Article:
Regional Reviews: Washington, D.C.
[title of show]
To begin with, the characters retain the names and quirks of their originators, but the director has organized a tight ensemble of talented performers whose easy camaraderie stems from a shared history at Signature. James Gardiner, twin brother of the director, plays Hunter; playing Heidi is Erin Driscoll, who appeared opposite James in The Witches of Eastwick; Jenna Sokolowski, who played Little Sally to Driscoll's Hope Cladwell in Urinetown (and both received Helen Hayes Awards), is Susan; and Sam Ludwig, who joined Driscoll in the just-closed production of Sweeney Todd, is Jeff. Joining them is pianist Gabriel Mangiante, who has worked on several Signature musicals and cabaret performances.
Beyond that, the Gardiner brothers have another major credit at Signature that serves as a touchstone for this production. Like Hunter, James wrote the book for a four-character musical that premiered on Broadway in 2008, and Matthew was its assistant director. However, unlike [title of show], which ran for 102 performances, their show, Glory Days, closed on opening night. (Nick Blaemire, who wrote the music and lyrics for Glory Days, has no connection with the current production.) In other words, the creative staff has sprinkled little homages to Glory Days throughout the show among the other, obsessively detailed theater in-jokes.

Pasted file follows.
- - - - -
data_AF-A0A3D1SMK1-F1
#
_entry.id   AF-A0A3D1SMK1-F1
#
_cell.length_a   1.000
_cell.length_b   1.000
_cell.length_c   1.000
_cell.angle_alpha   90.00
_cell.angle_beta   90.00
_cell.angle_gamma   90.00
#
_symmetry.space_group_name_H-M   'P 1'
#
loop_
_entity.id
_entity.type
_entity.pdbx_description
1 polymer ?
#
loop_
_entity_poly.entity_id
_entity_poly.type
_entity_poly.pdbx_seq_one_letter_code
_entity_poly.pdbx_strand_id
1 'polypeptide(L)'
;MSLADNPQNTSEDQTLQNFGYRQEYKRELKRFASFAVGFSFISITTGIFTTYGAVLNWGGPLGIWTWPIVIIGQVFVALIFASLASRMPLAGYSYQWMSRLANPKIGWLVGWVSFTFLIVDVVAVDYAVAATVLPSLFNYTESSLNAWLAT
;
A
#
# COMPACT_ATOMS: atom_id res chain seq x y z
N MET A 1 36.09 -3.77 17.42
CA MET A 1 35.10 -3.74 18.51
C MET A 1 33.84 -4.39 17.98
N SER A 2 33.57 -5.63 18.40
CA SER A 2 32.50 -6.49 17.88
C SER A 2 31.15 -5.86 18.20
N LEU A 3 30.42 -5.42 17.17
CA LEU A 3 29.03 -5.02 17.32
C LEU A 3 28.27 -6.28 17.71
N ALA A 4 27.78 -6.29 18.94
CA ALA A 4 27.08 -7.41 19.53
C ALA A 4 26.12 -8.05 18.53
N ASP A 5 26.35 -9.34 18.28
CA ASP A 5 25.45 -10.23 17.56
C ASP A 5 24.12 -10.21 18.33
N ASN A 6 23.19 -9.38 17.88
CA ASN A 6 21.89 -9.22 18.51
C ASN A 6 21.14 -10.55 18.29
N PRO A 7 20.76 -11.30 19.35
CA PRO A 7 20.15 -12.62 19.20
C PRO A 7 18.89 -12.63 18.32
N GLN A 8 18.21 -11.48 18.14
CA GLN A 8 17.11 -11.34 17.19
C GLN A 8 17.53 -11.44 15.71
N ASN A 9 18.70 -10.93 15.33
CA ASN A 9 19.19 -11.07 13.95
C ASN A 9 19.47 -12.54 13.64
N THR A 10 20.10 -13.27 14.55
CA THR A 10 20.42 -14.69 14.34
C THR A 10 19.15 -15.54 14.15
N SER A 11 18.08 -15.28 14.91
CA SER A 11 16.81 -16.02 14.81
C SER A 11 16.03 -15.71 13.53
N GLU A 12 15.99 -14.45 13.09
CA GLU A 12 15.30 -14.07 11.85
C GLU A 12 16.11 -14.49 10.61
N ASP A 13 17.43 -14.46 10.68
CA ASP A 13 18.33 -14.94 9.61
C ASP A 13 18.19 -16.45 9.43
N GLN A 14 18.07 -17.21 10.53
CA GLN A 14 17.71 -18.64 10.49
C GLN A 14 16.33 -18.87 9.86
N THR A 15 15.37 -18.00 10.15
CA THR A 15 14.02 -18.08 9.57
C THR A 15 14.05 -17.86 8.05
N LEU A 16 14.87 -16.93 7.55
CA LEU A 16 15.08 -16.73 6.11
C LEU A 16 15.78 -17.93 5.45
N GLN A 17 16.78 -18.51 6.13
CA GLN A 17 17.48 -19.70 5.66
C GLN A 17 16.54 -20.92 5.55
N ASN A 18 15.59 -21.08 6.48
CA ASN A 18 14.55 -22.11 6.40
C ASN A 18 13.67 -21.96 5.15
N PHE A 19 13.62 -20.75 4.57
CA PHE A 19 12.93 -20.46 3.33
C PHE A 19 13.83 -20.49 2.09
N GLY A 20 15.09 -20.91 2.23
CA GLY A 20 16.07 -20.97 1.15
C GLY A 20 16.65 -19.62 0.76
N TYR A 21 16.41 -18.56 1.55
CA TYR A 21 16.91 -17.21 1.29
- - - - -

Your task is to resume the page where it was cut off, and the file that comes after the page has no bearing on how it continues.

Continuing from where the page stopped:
The question, then, is whether [title of show] is sufficiently accessible to audiences who don't follow the minutiae of the last several decades of the Broadway musical. Yes: the premise, while postmodern in execution, goes back to those backstage sagas of spunky kids putting on their own musical in an old barn. It's also a warm-hearted look behind the scenes of aspiring theater professionals as Susan agonizes over whether to quit her office job, Heidi weighs the ups and downs of a possible role in a big-budget musical, and Hunter and Jeff use such new media as a webcam and this very site's All That Chat message board to build buzz. (Of course, they also get in a dig at online critics, so maybe one shouldn't pay too much attention after all ...)